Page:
IT is well established and even confirmed by numerous international reports that there is a global trend of increased longevity among the elderly, especially in developed and developing countries. It, therefore, seems logical to assume that dentists will go on enriching the quality of the patients’ lives via traditional techniques of prosthetic rehabilitation. However, population groups exist who simply cannot benefit from current treatment techniques.
A significant number of elderly patients are already without natural teeth and wear complete dentures with different degrees of success. Many elderly patients are edentulous (missing teeth) and may not be able to avail themselves of methods for retention of their remaining teeth. Clinical wisdom would suggest immediate denture therapy for such patients particularly if advanced gum disease is present.
For persons who have lost most of their teeth to obtain this satisfaction with dentures, the remaining teeth must be preserved no matter in what condition the crown may be. These teeth if strategically located may be retained, and prepared for abutment service as adjunctive means of support under partial or complete overdentures.
The mechanical principles of partial or complete dentures treatment when correctly applied are purported to virtually guarantee a happy coexistence between dentures and their host tissues. As a result, dentists have been remarkably successful in convincing themselves, if not always their patients, that technically well made removable dentures can be worn satisfactorily and perhaps even indefinitely.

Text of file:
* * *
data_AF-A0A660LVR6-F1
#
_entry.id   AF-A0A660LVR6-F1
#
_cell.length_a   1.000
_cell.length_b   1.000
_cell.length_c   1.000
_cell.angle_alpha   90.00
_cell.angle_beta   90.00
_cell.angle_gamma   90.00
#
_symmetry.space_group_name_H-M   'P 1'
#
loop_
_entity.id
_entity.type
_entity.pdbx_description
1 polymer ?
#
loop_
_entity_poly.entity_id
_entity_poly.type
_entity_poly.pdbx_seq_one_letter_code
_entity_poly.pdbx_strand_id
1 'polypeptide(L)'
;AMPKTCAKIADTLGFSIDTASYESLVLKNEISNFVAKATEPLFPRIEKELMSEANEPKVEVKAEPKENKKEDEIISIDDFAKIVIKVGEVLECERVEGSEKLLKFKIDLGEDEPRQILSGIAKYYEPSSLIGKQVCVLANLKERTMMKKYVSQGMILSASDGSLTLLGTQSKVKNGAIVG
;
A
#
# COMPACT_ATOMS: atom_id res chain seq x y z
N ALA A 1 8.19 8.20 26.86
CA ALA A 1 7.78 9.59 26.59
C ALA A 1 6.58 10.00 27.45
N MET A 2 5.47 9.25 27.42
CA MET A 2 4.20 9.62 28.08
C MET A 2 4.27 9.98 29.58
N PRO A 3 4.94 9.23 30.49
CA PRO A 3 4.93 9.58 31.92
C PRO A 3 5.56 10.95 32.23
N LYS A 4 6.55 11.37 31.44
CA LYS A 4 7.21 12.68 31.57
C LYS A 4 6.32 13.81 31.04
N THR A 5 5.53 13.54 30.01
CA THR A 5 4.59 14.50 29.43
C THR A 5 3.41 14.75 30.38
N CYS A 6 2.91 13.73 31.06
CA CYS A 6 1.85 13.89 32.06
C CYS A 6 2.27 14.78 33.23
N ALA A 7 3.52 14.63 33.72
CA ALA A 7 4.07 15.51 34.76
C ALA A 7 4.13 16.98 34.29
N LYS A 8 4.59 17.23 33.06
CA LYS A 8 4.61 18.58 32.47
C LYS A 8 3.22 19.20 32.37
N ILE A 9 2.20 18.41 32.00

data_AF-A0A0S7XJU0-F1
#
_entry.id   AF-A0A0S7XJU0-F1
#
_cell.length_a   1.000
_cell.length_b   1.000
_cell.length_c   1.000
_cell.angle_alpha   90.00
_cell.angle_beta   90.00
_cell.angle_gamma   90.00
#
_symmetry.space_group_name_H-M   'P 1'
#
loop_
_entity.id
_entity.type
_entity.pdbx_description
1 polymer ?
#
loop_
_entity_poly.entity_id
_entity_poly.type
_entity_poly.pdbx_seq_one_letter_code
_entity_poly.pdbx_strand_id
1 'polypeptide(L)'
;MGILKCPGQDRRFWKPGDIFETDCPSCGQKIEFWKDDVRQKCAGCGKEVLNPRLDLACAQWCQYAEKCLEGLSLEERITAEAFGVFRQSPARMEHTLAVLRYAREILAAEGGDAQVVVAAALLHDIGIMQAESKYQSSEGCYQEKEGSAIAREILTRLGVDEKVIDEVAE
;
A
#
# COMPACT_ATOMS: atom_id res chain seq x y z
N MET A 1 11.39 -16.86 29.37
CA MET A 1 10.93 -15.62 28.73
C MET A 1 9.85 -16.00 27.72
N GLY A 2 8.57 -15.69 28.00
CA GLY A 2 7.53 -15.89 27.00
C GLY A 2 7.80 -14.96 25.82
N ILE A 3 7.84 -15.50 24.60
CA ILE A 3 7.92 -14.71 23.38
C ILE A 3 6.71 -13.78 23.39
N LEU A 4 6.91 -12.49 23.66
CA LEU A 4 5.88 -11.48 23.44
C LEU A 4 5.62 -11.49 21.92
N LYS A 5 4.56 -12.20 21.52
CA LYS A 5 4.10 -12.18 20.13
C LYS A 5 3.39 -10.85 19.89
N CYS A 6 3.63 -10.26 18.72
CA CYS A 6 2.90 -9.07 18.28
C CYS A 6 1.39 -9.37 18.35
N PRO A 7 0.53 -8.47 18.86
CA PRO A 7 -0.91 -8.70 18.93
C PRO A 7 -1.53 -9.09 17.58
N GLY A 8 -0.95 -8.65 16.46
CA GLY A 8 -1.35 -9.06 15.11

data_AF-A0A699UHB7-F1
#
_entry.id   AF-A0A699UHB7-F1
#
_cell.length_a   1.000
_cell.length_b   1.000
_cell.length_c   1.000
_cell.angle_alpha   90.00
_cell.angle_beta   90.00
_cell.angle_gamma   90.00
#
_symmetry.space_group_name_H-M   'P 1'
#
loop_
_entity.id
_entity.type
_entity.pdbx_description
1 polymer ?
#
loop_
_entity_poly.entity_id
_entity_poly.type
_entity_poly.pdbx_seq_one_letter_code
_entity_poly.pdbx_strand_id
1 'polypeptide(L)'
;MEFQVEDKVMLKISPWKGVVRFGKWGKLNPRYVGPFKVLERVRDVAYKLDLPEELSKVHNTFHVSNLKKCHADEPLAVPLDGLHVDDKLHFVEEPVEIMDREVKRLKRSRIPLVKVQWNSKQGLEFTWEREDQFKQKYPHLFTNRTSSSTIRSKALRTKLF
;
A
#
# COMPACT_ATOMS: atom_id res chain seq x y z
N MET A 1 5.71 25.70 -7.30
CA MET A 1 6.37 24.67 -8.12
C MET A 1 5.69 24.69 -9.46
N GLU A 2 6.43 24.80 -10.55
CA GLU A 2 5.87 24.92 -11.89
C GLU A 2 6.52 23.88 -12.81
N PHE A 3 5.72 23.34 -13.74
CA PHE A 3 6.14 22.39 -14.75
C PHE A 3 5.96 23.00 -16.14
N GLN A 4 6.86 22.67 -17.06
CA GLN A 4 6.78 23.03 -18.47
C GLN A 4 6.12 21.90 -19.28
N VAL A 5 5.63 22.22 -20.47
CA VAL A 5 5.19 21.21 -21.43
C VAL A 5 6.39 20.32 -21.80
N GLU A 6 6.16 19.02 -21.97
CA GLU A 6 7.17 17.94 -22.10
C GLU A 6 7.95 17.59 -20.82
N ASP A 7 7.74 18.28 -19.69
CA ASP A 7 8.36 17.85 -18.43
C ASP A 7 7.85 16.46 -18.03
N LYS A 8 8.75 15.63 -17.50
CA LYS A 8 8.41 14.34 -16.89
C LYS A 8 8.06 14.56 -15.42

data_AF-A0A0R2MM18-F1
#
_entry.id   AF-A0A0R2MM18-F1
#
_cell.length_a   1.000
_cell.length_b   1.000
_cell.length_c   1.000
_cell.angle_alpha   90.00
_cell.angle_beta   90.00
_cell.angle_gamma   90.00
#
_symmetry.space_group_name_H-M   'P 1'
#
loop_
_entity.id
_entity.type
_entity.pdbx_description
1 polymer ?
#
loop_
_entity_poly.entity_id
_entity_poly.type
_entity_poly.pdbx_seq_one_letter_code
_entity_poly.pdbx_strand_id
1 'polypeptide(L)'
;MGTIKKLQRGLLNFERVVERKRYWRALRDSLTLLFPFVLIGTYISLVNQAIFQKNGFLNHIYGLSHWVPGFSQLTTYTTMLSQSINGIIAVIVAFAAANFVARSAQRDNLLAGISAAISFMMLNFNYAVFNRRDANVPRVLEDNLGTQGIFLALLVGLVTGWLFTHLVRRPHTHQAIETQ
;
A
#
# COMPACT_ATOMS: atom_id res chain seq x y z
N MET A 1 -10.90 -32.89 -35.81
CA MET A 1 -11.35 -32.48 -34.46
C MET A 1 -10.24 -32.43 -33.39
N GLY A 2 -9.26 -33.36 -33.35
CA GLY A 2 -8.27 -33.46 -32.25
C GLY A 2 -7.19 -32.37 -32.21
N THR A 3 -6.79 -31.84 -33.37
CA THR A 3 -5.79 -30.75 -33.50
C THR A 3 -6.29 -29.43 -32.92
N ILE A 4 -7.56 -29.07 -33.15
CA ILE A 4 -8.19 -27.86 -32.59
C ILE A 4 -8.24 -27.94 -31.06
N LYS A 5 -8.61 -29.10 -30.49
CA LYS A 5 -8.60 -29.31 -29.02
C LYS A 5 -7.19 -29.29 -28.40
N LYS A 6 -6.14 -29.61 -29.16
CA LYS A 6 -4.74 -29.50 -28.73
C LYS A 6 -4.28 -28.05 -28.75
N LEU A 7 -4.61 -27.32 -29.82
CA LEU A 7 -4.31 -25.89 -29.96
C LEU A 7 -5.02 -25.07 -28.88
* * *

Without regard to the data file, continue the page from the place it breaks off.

According to reports, evidence reveals that while it is difficult to define denture satisfaction, a significant number of patients in all age groups are dissatisfied with their dentures. Furthermore, many elderly patients experience difficulty in attaining comfortable and efficient oral function with removable dentures.
2.The important relationship between adequate oral function and proper digestion and nutrition is well documented. Since the greater the life expectancy of toothless patients is likely to go on increasing, the risk of denture dissatisfaction and its functional implications can only be prolonged. This risk is particularly compelling in the context of the denture supporting tissues’ vulnerability to adverse changes as a result of long term denture wear.
There seems to be the tendency for the all-or-none rule where retaining teeth are concerned. It is commonly believed that it is better to extract all one’s teeth and wear total dentures rather than keeping a few and wearing a partial one; well, that belief may have been justified twenty years ago, but today dentists utilise any few remaining the potential the satisfaction for the patient.
Modern dentistry had made sure that elderly patients with no teeth are by no means in an irremediable situation, no matter how hopeless their condition might appear. There exist various techniques, albeit somewhat inaccessible to the average person that can significantly take care of seemingly impossible circumstances.